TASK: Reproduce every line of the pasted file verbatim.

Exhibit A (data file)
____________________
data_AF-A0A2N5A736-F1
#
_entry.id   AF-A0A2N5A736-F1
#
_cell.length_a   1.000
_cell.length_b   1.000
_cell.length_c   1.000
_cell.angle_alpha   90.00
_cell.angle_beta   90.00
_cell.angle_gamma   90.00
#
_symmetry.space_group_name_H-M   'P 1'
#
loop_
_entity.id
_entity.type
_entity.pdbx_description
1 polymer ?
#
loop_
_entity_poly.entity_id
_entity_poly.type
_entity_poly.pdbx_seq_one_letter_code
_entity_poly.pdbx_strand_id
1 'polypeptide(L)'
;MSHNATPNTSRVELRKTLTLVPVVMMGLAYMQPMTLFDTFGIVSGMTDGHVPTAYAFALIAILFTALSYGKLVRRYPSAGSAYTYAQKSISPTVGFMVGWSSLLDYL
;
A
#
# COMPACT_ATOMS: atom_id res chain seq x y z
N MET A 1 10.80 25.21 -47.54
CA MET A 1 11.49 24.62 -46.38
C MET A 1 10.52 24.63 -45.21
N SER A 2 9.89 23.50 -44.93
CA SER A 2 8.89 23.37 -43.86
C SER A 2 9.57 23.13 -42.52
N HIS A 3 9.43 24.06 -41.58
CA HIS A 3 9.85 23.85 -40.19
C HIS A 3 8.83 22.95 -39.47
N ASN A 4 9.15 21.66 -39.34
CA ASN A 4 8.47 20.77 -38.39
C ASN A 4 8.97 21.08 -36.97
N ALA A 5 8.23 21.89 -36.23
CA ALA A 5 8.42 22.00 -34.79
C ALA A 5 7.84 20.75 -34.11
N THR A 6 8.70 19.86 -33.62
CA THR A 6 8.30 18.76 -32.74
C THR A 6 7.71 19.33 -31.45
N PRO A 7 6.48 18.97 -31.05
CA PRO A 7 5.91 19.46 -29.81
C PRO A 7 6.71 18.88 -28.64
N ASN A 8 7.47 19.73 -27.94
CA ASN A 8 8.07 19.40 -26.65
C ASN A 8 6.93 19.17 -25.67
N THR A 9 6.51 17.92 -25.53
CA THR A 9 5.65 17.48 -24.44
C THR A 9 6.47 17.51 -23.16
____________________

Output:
data_AF-A0A2N5A736-F1
#
_entry.id   AF-A0A2N5A736-F1
#
_cell.length_a   1.000
_cell.length_b   1.000
_cell.length_c   1.000
_cell.angle_alpha   90.00
_cell.angle_beta   90.00
_cell.angle_gamma   90.00
#
_symmetry.space_group_name_H-M   'P 1'
#
loop_
_entity.id
_entity.type
_entity.pdbx_description
1 polymer ?
#
loop_
_entity_poly.entity_id
_entity_poly.type
_entity_poly.pdbx_seq_one_letter_code
_entity_poly.pdbx_strand_id
1 'polypeptide(L)'
;MSHNATPNTSRVELRKTLTLVPVVMMGLAYMQPMTLFDTFGIVSGMTDGHVPTAYAFALIAILFTALSYGKLVRRYPSAGSAYTYAQKSISPTVGFMVGWSSLLDYL
;
A
#
# COMPACT_ATOMS: atom_id res chain seq x y z
N MET A 1 10.80 25.21 -47.54
CA MET A 1 11.49 24.62 -46.38
C MET A 1 10.52 24.63 -45.21
N SER A 2 9.89 23.50 -44.93
CA SER A 2 8.89 23.37 -43.86
C SER A 2 9.57 23.13 -42.52
N HIS A 3 9.43 24.06 -41.58
CA HIS A 3 9.85 23.85 -40.19
C HIS A 3 8.83 22.95 -39.47
N ASN A 4 9.15 21.66 -39.34
CA ASN A 4 8.47 20.77 -38.39
C ASN A 4 8.97 21.08 -36.97
N ALA A 5 8.23 21.89 -36.23
CA ALA A 5 8.42 22.00 -34.79
C ALA A 5 7.84 20.75 -34.11
N THR A 6 8.70 19.86 -33.62
CA THR A 6 8.30 18.76 -32.74
C THR A 6 7.71 19.33 -31.45
N PRO A 7 6.48 18.97 -31.05
CA PRO A 7 5.91 19.46 -29.81
C PRO A 7 6.71 18.88 -28.64
N ASN A 8 7.47 19.73 -27.94
CA ASN A 8 8.07 19.40 -26.65
C ASN A 8 6.93 19.17 -25.67
N THR A 9 6.51 17.92 -25.53
CA THR A 9 5.65 17.48 -24.44
C THR A 9 6.47 17.51 -23.16